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July the sixth, calm now for two or three dayes, our men went out to swim, some hoisted the Shallop out and took divers Turtles, there being an infinite number of them all over the Sea as far as we could ken, and a man may ken at Sea in a clear Air 20 miles, they floated upon the top of the water being a sleep, and driving gently upon them with the Shallop, of a sudden [p. 38.] they took hold of their hinder legs and lifted them into the boat, if they be not very nimble they awake and presently dive under water; when they were brought aboard they sob'd and wept exceedingly, continuing to do so till the next day that we killed them, by chopping off their heads, and having taken off their shells (that on their back being fairest, is called a Gally patch) we opened the body and took out three hearts in one case, and (which was more strange) we perceived motion in the hearts ten hours after they were taken out. I have observed in England in my youthful dayes the like in the heart of a Pike, and the heart of a Frog, which will leap and skip as nimbly as the Frog used to do when it was alive from whom it was taken. Likewise the heart of a Pig will stir after it is exenterated. Being at a friends house in Cambridg-shire, the Cook-maid making ready to slaughter a Pig, she put the hinder parts between her legs as the usual manner is, and taking the snout in her left hand with a long knife she stuck the Pig and cut the smali end of the heart almost in two, letting it bleed as long as any bloud came forth, then throwing of it into a Kettle of boyling water, the Pig swom twice round about the kettle, when taking of it out to [p. 39.] the dresser she rub'd it with powdered Rozen, and stript off the hair, and as she was cutting off the hinder pettito, the Pig lifts up his head with open mouth, as if it would have bitten: well, the belly was cut up, and the entrails drawn out, and the heart laid upon the board, which notwithstanding the wound it received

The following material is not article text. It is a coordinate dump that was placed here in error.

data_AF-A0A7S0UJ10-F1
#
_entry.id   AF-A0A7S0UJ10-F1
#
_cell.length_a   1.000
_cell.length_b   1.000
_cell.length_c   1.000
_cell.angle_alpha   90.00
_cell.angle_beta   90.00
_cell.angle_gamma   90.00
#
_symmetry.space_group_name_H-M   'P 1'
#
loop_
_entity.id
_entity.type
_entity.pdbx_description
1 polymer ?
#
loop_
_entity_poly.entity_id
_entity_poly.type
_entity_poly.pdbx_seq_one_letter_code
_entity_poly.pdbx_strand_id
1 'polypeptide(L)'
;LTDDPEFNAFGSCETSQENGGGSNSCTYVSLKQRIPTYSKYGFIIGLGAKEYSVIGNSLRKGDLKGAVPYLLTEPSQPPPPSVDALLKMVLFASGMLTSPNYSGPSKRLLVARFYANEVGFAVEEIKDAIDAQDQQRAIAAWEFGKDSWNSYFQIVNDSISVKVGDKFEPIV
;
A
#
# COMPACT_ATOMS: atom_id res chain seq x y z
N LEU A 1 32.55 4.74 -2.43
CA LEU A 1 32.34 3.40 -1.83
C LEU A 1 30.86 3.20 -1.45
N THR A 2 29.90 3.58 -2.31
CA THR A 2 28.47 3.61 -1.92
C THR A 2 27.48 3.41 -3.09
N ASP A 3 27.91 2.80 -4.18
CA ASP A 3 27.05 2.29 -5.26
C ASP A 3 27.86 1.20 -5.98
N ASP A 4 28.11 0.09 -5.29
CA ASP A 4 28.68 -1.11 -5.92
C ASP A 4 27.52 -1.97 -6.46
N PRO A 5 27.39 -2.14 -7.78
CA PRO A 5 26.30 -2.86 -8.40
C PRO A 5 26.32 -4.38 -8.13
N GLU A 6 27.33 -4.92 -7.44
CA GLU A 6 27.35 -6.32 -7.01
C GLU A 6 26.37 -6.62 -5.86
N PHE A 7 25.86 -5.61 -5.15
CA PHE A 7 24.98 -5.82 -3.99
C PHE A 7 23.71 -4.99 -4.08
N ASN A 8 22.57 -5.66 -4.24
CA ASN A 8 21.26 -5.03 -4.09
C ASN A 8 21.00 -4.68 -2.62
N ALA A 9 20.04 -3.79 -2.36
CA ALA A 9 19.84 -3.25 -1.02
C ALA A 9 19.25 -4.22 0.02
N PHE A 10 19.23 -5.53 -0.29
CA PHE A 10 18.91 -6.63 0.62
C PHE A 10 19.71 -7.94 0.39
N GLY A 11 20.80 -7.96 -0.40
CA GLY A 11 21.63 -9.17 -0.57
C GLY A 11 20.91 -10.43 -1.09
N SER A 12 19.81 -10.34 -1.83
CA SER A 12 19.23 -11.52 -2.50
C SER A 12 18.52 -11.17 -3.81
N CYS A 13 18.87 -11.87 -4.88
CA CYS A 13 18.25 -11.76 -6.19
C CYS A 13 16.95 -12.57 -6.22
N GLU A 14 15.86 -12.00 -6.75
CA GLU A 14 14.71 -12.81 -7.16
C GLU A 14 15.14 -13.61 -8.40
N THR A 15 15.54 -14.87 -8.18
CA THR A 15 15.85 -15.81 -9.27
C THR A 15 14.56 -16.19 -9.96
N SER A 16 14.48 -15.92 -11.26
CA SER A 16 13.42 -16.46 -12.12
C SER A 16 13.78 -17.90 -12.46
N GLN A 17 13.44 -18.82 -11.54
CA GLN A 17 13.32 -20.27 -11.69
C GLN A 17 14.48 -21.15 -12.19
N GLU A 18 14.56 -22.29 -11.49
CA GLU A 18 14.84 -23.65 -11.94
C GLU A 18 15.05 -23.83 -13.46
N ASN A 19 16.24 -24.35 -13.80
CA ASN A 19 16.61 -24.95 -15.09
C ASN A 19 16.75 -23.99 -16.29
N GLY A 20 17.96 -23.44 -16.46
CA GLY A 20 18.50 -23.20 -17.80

had motion in it, above four hours after; there were several of the Family by, with my self, and we could not otherwayes conclude but that the Pig was bewitched; but this by the way. Of the Sea Turtles there be five sorts, first the Trunck-turtle which is biggest, Secondly, the Loggerhead-turtle. Thirdly, the Hawk-bill-turtle, which with its bill will bite horribly. Fourthly, the Green-turtle which is best for food, it is affirmed that the feeding upon this Turtle for a twelve moneth, forbearing all other kind of food will cure absolutely Consumptions, and the great pox; They are a very delicate food, and their Eggs are very wholesome and restorative, it is an Amphibious Creature going ashore, the male throws the female on her back when he couples with her, which is termed cooting, their Eggs grown to perfection the female goes ashore again and making a hole in the Sand, there layes her Eggs which are numerous, I have seen a peck [p. 40.] of Eggs taken out of one Turtle; when they have laid they cover the hole again with sand, and return to the Sea never looking after her Eggs, which hatching in the sand and coming to some strength break out and repair to the Sea. Having fill'd our bellies with Turtles and Bonito's, called Spanish Dolphins excellently well cooked both of them, the wind blowing fair.